Football fans in Sudbury got their first glimpse of the girls’ team at St. Benedict Secondary School on Wednesday afternoon as the Bears hosted Ottawa’s St. Mark Catholic School.
Organizers of the game claim it was the first official all-girls tackle soccer game in Canada.
Though the Bears lost to the Lions 17-14, St. Ben’s student Jasmine Howell said the feeling on the field was “really electric” as the team made history by becoming the first all-girls college tackle football team in Sudbury was.
“Even though we lost, it didn’t feel like a loss for me or any of the other girls,” Howell said. “We were part of something so much bigger than ourselves and paved the way for other girls in women’s sport.”
Howell, who finishes 12th grade, said she has taken on the role of mentoring the school’s younger athletes.
“I wanted to maybe make football less scary for the younger girls, be a bit of a role model,” she said. “I also wanted to go out and hit someone up there and make contact, just like the boys.”
Although several high school teams fielded flag football teams in the area, the Bears managed to assemble a roster for the full-contact version of the game.
Howell was concerned about the risk of injury and the prospect of physical contact with bruises. Coach Junior Labrosse said despite his reputation for hard-hitting play, proper teaching and coaching has lifted the sport relative to other sports when it comes to injuries.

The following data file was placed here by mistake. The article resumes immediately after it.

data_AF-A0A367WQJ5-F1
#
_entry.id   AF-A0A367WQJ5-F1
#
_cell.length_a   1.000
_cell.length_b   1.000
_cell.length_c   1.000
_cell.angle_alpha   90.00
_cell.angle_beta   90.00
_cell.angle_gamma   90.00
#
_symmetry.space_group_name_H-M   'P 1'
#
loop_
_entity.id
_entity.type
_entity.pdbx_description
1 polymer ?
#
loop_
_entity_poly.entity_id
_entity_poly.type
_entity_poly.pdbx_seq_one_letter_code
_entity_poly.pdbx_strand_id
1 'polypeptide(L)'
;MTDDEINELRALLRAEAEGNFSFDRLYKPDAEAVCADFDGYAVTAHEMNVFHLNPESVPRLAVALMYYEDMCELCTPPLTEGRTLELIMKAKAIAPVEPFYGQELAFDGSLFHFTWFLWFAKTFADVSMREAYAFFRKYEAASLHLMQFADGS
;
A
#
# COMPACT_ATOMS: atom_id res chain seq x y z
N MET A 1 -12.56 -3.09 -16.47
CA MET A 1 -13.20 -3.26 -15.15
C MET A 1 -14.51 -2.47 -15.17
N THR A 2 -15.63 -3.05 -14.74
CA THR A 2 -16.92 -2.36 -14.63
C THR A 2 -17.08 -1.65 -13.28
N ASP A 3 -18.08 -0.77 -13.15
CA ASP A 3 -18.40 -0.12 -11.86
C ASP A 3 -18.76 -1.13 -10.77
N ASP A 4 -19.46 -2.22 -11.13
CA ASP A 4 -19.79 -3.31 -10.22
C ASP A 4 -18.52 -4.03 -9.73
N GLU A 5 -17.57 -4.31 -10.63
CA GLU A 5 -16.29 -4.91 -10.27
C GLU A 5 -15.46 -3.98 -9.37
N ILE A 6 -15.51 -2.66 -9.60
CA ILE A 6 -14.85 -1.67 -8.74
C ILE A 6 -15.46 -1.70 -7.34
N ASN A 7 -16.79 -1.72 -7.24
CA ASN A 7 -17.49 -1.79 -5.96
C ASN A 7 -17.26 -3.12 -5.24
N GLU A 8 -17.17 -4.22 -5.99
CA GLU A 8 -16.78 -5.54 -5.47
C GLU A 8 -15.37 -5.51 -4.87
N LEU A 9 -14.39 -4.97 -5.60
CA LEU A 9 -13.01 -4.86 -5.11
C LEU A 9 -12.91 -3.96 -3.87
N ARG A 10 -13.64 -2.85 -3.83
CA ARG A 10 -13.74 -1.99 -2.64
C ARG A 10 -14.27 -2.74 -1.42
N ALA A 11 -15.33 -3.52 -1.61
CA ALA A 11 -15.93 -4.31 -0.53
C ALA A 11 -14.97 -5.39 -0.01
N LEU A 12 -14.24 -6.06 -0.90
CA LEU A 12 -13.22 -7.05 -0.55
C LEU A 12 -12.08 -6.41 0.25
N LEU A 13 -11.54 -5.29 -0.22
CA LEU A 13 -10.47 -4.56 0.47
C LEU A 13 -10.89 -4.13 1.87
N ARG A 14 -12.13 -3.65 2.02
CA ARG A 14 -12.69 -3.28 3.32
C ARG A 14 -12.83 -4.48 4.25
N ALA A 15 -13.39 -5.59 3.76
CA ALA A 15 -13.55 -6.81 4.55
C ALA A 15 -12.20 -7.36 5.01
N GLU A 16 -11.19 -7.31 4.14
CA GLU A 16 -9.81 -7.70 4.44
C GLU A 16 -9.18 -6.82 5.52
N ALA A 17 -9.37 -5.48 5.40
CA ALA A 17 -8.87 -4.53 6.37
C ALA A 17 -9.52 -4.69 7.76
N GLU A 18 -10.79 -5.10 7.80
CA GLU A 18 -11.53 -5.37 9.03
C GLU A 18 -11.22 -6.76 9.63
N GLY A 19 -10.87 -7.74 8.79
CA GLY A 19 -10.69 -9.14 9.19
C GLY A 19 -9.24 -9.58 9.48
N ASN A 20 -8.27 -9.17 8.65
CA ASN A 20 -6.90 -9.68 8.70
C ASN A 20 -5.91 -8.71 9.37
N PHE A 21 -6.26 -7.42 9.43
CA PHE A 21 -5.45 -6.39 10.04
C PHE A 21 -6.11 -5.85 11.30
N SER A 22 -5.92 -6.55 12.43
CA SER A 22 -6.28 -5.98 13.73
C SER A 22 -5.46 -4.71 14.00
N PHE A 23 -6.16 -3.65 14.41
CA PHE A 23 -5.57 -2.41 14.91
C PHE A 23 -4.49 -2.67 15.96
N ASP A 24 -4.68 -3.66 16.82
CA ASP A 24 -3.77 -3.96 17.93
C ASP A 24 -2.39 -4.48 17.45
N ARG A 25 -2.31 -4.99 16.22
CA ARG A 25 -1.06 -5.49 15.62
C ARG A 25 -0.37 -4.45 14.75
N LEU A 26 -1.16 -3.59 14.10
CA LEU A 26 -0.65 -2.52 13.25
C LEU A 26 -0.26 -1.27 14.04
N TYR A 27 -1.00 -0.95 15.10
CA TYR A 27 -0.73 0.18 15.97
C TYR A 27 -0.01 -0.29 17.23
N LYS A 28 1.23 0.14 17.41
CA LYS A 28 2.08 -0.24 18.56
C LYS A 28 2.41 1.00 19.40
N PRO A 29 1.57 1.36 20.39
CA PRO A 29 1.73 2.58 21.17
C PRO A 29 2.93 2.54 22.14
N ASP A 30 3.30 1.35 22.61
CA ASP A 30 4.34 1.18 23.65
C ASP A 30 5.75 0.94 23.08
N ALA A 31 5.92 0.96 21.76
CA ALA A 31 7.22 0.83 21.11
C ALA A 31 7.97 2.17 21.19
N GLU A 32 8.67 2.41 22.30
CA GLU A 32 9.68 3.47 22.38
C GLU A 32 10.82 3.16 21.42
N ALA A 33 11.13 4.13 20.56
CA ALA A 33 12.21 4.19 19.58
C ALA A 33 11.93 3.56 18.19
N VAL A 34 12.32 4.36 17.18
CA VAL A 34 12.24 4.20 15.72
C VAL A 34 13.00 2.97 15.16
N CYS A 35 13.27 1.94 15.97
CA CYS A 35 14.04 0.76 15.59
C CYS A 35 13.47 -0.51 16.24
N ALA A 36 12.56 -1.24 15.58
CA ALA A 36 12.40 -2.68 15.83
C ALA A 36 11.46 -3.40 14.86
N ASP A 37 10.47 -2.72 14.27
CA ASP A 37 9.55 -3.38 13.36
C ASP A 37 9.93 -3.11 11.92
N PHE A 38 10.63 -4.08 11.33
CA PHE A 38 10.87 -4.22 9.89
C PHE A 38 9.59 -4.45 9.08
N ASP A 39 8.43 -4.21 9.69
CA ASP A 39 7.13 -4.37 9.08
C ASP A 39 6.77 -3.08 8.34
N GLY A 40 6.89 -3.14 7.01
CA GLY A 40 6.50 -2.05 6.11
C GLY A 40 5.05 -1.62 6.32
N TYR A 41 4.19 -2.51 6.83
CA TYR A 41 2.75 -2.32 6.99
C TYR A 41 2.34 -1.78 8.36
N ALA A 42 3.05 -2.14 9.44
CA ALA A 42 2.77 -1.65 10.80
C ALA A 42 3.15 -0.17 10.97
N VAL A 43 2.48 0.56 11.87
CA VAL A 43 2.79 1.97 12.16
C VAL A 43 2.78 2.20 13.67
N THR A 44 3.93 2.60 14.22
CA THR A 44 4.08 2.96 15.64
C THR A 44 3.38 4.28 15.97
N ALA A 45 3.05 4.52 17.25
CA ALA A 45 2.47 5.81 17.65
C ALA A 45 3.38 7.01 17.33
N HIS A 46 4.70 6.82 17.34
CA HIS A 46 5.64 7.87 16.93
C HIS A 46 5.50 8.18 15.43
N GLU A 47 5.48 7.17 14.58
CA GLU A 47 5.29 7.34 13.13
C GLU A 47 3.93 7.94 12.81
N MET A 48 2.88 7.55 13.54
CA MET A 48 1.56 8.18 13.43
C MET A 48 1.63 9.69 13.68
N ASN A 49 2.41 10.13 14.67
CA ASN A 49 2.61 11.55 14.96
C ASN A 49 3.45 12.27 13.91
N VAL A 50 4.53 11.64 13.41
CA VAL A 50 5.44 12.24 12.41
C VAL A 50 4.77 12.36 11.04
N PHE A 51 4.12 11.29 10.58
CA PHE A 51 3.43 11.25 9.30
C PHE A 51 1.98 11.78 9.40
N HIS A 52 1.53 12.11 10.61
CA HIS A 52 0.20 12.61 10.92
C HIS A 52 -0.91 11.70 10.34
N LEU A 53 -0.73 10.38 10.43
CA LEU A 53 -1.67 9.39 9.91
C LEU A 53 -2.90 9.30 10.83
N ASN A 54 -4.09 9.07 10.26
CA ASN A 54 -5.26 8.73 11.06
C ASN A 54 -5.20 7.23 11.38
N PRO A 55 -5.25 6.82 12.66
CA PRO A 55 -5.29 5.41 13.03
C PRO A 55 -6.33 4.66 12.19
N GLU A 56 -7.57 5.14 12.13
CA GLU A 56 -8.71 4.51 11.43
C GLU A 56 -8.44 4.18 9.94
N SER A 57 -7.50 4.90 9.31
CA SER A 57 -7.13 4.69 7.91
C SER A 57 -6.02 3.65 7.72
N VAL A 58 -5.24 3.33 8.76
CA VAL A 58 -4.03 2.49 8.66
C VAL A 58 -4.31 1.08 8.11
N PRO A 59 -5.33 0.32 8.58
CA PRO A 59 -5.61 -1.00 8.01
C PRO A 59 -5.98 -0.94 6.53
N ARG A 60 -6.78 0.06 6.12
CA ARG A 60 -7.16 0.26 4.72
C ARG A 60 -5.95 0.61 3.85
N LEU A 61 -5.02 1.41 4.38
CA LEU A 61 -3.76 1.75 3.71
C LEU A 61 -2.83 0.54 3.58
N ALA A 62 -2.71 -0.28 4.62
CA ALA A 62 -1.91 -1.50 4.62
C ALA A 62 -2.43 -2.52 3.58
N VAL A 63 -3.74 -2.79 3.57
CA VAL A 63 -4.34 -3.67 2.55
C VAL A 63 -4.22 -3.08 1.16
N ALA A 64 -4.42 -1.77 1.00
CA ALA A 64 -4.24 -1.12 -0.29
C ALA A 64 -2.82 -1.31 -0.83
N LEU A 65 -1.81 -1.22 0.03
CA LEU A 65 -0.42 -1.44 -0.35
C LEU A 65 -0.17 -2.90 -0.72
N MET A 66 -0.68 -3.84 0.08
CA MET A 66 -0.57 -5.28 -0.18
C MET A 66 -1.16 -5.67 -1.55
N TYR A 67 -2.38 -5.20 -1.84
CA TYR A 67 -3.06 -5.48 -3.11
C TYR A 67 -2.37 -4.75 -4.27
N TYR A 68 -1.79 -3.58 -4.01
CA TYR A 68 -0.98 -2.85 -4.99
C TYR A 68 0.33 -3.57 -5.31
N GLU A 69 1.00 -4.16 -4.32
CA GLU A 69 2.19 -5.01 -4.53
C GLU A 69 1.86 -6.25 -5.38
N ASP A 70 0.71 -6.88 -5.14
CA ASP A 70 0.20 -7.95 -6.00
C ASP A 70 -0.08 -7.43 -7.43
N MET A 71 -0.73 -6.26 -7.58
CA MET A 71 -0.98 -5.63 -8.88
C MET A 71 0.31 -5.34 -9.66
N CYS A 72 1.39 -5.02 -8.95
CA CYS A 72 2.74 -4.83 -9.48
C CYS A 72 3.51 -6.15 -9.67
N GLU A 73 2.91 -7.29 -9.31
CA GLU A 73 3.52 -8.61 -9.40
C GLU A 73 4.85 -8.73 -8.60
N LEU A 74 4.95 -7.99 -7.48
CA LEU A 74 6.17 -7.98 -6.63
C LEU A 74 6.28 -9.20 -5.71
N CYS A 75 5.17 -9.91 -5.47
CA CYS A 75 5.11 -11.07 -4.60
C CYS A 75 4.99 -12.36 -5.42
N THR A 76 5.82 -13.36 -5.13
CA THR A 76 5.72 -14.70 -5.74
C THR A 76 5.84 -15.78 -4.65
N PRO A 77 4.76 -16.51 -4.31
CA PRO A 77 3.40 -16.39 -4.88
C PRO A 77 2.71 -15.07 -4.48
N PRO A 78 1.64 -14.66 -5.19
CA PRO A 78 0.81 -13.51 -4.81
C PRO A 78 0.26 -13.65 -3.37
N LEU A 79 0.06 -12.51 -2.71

“The way football is taught today is not how it was taught when I played,” said Labrosse. “There’s safe contact, heads-up football, you name it. We try to take out the element of injury, but a girl or a boy can get injured playing football.
“I think the most important thing is that we need to get young people to exercise, especially when they see an obesity problem,” he said. “The only way to get rid of it is to get kids active.”
As for the future of the girls’ team, Howell said she was confident Wednesday’s game had a positive impact on the student body, and the girls in particular.
“That was so important to me,” Howell said. “It taught me a lot about leadership. It taught me a lot about teamwork.
“I think it’s such a unique sport and to see it work, like a well-oiled machine. Everyone makes their contribution. Everyone has a specific job they need to do.”
“It brought us all together,” she added. “I didn’t have a lot in common with some of the girls when we started, but we had football in common and that really created a sisterhood.”
morning north5:51Sudbury hosts Canada’s first official high school girls’ tackle football game